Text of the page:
This site is dedicated to the players of the orchestra, which existed in Germany from 1952 to 1962,
and is still remembered.
Clarinetist Jerry Mattson expresses it aptly: "I don't normally live
in the past, but I have yet to come across anyone with a comparable
experience to hark back to. Those were strange and wonderful years."
In David Furholmen's video from the 2006 reunion, Sam Adler,
founder and first conductor of the orchestra, tells the remarkable story of how it all began -- and how the orchestra "brought a message of peace and of friendship through the language of music to a large part of
the world". For a 39-minute documentary film giving a fuller account of Sam's life and the beginnings of
the orchestra, use this link and enter the password "adler2011".
where the orchestra played
on August 24, 1952
August 11, 2019
John Canarina and Mike Comins reported the sad news that Arno Drucker
(piano '58 - '59) died on July 15 at the age of 85. He was a soloist a number of times with the 7th Army Symphony,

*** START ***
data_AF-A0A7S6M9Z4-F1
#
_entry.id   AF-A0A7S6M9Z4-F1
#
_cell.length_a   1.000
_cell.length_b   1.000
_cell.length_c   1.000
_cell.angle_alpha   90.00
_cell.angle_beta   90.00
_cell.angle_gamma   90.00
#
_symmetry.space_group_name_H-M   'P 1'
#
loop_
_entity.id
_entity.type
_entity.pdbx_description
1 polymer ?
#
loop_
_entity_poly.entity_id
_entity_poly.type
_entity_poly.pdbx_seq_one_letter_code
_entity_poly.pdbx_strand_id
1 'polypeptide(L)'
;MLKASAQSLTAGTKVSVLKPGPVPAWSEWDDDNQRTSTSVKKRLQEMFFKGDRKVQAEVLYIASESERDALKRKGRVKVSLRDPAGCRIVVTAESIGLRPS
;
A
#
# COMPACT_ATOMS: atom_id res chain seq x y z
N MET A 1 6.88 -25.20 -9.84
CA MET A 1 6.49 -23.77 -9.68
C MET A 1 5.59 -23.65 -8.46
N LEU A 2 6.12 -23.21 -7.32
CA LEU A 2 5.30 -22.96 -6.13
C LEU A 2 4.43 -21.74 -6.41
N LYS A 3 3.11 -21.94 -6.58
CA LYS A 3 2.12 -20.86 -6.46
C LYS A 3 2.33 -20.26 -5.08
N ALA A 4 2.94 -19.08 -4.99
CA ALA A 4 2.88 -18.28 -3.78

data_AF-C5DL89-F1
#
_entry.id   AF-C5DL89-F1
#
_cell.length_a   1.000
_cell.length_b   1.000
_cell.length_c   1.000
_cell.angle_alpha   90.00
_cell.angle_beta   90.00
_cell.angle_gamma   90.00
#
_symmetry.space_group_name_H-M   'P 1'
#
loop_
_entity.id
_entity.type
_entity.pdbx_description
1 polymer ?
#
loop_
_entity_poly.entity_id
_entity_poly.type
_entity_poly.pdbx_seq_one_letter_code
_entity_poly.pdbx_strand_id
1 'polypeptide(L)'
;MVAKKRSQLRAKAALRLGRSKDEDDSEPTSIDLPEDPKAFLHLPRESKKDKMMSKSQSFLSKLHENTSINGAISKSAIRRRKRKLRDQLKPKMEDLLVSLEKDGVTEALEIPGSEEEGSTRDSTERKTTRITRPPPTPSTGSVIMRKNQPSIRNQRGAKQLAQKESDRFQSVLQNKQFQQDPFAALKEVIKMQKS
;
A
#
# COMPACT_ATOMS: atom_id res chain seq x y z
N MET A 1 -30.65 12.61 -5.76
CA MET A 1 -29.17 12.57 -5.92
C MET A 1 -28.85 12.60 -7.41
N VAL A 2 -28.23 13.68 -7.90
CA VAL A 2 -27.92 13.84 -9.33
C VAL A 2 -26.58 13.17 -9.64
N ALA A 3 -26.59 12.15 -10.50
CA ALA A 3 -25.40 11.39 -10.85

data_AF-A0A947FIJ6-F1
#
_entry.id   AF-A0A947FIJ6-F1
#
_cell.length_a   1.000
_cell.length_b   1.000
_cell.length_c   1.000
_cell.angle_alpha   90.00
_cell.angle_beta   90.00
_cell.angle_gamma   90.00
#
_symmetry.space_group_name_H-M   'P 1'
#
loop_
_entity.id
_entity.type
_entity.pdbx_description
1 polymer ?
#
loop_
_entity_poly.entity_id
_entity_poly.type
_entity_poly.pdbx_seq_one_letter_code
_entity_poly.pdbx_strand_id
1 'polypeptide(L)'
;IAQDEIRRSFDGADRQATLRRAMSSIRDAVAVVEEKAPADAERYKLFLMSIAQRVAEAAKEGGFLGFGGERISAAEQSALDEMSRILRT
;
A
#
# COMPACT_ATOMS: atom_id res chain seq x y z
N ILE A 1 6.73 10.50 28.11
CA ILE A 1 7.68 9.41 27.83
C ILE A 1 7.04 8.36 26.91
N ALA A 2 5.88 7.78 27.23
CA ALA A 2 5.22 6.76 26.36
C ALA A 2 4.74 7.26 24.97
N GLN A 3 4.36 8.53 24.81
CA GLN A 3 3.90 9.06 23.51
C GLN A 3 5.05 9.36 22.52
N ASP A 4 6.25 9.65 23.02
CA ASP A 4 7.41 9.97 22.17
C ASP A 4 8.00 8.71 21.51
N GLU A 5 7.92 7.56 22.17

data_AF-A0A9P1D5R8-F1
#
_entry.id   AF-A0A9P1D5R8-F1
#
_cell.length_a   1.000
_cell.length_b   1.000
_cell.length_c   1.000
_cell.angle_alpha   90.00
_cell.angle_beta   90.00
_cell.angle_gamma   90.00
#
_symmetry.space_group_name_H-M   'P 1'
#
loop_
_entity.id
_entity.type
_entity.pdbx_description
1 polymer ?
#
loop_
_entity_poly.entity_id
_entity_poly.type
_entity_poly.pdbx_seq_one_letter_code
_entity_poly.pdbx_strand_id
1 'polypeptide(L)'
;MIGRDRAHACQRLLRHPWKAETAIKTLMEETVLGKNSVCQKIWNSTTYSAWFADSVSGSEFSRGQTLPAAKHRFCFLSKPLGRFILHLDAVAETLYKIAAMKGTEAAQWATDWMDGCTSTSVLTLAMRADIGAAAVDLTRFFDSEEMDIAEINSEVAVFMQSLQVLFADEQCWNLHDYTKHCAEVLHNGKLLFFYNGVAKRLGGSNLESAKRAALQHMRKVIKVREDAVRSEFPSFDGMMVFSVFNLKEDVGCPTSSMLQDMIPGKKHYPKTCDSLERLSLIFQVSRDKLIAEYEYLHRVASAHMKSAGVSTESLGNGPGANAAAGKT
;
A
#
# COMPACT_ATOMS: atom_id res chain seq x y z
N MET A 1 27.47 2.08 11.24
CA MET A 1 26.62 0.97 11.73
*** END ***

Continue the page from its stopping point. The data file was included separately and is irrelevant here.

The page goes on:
and before and after that time he had a distinguished career as a soloist with leading orchestras and as a teacher. He also
contributed many concert programs and other materials to this site, including photos
of the Brussels Worlds Fair, and of him, his wife, and others camping out on orchestra tours in specially made tents.
is an obituary.
Books About the Orchestra or Orchestra Members:
Uncle Sam's Orchestra: Memories of the Seventh Army Symphony,
by John Canarina (bass and conductor in 1959-60), 1998.
50 b/w illus., musical examples, 224 pages, 6 x 9, $65. Available via Print on Demand from
Boydell & Brewer
, 668 Mount Hope Avenue
Rochester, NY 14620-2731, 585-275-0419. Former 7ASO members should be able to get a 25 per cent discount.
Kenneth Schermerhorn: He Will Always Be the Music
Martha Rivers Ingram with D. B. Kellogg, 2006. 65 photos, 391 pages; $24.99. (Ken played trumpet
and conducted in 1953-55). Available online from Amazon
and other sellers.
Also of interest are several books that include stories about the orchestra, by